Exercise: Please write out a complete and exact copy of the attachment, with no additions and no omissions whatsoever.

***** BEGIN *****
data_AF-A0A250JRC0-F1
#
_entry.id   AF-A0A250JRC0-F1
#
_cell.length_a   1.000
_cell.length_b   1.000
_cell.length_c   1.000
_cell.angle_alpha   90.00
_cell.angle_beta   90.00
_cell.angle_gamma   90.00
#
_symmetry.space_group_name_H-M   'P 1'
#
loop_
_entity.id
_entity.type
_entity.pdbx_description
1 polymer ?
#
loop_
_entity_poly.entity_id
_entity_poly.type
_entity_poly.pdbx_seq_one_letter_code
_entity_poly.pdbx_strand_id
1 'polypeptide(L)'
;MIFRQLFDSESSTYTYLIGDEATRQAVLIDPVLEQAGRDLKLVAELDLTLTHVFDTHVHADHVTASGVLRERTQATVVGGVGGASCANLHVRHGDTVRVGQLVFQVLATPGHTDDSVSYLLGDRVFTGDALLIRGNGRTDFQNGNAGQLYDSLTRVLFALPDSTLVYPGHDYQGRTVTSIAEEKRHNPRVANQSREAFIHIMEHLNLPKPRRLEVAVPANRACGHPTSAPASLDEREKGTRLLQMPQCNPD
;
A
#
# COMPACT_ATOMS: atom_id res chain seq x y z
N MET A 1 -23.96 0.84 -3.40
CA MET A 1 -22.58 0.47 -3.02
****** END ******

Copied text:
data_AF-A0A250JRC0-F1
#
_entry.id   AF-A0A250JRC0-F1
#
_cell.length_a   1.000
_cell.length_b   1.000
_cell.length_c   1.000
_cell.angle_alpha   90.00
_cell.angle_beta   90.00
_cell.angle_gamma   90.00
#
_symmetry.space_group_name_H-M   'P 1'
#
loop_
_entity.id
_entity.type
_entity.pdbx_description
1 polymer ?
#
loop_
_entity_poly.entity_id
_entity_poly.type
_entity_poly.pdbx_seq_one_letter_code
_entity_poly.pdbx_strand_id
1 'polypeptide(L)'
;MIFRQLFDSESSTYTYLIGDEATRQAVLIDPVLEQAGRDLKLVAELDLTLTHVFDTHVHADHVTASGVLRERTQATVVGGVGGASCANLHVRHGDTVRVGQLVFQVLATPGHTDDSVSYLLGDRVFTGDALLIRGNGRTDFQNGNAGQLYDSLTRVLFALPDSTLVYPGHDYQGRTVTSIAEEKRHNPRVANQSREAFIHIMEHLNLPKPRRLEVAVPANRACGHPTSAPASLDEREKGTRLLQMPQCNPD
;
A
#
# COMPACT_ATOMS: atom_id res chain seq x y z
N MET A 1 -23.96 0.84 -3.40
CA MET A 1 -22.58 0.47 -3.02